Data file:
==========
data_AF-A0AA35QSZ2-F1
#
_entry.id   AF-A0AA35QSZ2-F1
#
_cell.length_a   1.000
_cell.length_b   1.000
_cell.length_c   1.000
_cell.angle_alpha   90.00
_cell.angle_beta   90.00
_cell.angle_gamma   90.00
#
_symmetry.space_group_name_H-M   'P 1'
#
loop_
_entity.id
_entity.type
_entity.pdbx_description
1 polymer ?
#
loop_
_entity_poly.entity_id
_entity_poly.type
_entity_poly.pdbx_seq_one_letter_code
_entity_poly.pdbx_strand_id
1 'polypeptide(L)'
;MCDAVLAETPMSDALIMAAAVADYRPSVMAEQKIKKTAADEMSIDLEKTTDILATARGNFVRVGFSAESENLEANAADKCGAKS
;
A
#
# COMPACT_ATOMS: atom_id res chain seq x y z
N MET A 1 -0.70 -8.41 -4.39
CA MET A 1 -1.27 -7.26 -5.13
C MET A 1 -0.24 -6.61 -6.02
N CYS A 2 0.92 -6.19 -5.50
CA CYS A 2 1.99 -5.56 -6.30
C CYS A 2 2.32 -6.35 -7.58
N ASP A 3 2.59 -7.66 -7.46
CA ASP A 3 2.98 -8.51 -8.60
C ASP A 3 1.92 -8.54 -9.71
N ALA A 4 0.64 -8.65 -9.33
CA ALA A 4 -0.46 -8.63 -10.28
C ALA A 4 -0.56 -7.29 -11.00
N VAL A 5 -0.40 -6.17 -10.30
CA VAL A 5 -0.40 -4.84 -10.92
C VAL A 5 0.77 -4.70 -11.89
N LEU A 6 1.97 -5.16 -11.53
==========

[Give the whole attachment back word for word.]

data_AF-A0AA35QSZ2-F1
#
_entry.id   AF-A0AA35QSZ2-F1
#
_cell.length_a   1.000
_cell.length_b   1.000
_cell.length_c   1.000
_cell.angle_alpha   90.00
_cell.angle_beta   90.00
_cell.angle_gamma   90.00
#
_symmetry.space_group_name_H-M   'P 1'
#
loop_
_entity.id
_entity.type
_entity.pdbx_description
1 polymer ?
#
loop_
_entity_poly.entity_id
_entity_poly.type
_entity_poly.pdbx_seq_one_letter_code
_entity_poly.pdbx_strand_id
1 'polypeptide(L)'
;MCDAVLAETPMSDALIMAAAVADYRPSVMAEQKIKKTAADEMSIDLEKTTDILATARGNFVRVGFSAESENLEANAADKCGAKS
;
A
#
# COMPACT_ATOMS: atom_id res chain seq x y z
N MET A 1 -0.70 -8.41 -4.39
CA MET A 1 -1.27 -7.26 -5.13
C MET A 1 -0.24 -6.61 -6.02
N CYS A 2 0.92 -6.19 -5.50
CA CYS A 2 1.99 -5.56 -6.30
C CYS A 2 2.32 -6.35 -7.58
N ASP A 3 2.59 -7.66 -7.46
CA ASP A 3 2.98 -8.51 -8.60
C ASP A 3 1.92 -8.54 -9.71
N ALA A 4 0.64 -8.65 -9.33
CA ALA A 4 -0.46 -8.63 -10.28
C ALA A 4 -0.56 -7.29 -11.00
N VAL A 5 -0.40 -6.17 -10.30
CA VAL A 5 -0.40 -4.84 -10.92
C VAL A 5 0.77 -4.70 -11.89
N LEU A 6 1.97 -5.16 -11.53